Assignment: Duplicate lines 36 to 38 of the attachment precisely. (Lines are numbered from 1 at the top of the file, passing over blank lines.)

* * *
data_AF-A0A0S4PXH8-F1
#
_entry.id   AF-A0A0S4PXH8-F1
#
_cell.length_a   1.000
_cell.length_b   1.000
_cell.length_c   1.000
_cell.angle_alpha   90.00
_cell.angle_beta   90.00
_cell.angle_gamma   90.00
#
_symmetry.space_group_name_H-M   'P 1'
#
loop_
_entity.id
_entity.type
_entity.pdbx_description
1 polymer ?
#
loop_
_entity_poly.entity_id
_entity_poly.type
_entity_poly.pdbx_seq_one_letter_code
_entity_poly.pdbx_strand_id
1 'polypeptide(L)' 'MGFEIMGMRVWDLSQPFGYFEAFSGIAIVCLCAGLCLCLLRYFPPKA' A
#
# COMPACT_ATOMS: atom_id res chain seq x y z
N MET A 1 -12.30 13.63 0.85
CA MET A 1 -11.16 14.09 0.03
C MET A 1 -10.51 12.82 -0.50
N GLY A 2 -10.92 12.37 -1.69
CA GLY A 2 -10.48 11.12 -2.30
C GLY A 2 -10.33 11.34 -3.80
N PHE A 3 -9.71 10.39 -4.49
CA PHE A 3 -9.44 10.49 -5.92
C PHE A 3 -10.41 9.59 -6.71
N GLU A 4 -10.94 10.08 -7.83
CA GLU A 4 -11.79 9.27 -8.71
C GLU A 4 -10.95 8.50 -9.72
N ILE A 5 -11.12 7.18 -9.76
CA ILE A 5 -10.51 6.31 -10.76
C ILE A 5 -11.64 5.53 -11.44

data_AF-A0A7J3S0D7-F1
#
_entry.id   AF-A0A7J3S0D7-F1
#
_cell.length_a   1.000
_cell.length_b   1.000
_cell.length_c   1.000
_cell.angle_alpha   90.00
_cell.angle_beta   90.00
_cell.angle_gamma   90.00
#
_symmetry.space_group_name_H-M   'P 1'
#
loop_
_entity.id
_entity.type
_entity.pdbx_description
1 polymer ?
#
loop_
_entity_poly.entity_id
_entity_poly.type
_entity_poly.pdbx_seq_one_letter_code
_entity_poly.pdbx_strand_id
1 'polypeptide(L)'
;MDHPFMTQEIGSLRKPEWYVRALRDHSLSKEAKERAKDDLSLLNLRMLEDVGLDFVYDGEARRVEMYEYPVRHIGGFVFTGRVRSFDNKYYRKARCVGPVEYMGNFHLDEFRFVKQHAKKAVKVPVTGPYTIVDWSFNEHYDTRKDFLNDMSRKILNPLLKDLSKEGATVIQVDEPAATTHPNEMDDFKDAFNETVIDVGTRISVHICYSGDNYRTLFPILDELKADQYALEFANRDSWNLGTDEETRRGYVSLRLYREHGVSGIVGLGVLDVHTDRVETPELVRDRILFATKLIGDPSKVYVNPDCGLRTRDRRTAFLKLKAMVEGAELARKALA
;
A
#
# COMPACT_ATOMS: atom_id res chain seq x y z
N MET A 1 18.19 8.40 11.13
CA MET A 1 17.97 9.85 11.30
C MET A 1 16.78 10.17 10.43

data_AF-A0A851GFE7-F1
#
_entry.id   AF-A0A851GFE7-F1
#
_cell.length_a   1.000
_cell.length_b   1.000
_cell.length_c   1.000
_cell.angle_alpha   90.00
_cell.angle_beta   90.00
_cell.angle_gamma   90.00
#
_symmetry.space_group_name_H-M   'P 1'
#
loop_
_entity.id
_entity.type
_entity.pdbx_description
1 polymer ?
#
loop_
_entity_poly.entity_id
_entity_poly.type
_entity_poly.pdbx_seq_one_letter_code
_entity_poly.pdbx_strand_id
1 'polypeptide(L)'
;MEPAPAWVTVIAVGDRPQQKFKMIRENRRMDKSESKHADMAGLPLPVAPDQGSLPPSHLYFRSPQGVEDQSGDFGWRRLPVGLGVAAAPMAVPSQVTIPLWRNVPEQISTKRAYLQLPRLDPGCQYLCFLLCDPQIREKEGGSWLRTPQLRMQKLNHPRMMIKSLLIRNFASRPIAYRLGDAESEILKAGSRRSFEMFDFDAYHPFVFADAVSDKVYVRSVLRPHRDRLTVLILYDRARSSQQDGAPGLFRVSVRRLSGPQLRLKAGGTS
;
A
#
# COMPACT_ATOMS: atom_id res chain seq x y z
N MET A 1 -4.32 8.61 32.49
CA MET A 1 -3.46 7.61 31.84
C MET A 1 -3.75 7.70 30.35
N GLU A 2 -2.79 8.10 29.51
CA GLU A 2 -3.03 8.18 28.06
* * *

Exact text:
C PHE A 3 -10.41 9.59 -6.71
N GLU A 4 -10.94 10.08 -7.83
CA GLU A 4 -11.79 9.27 -8.71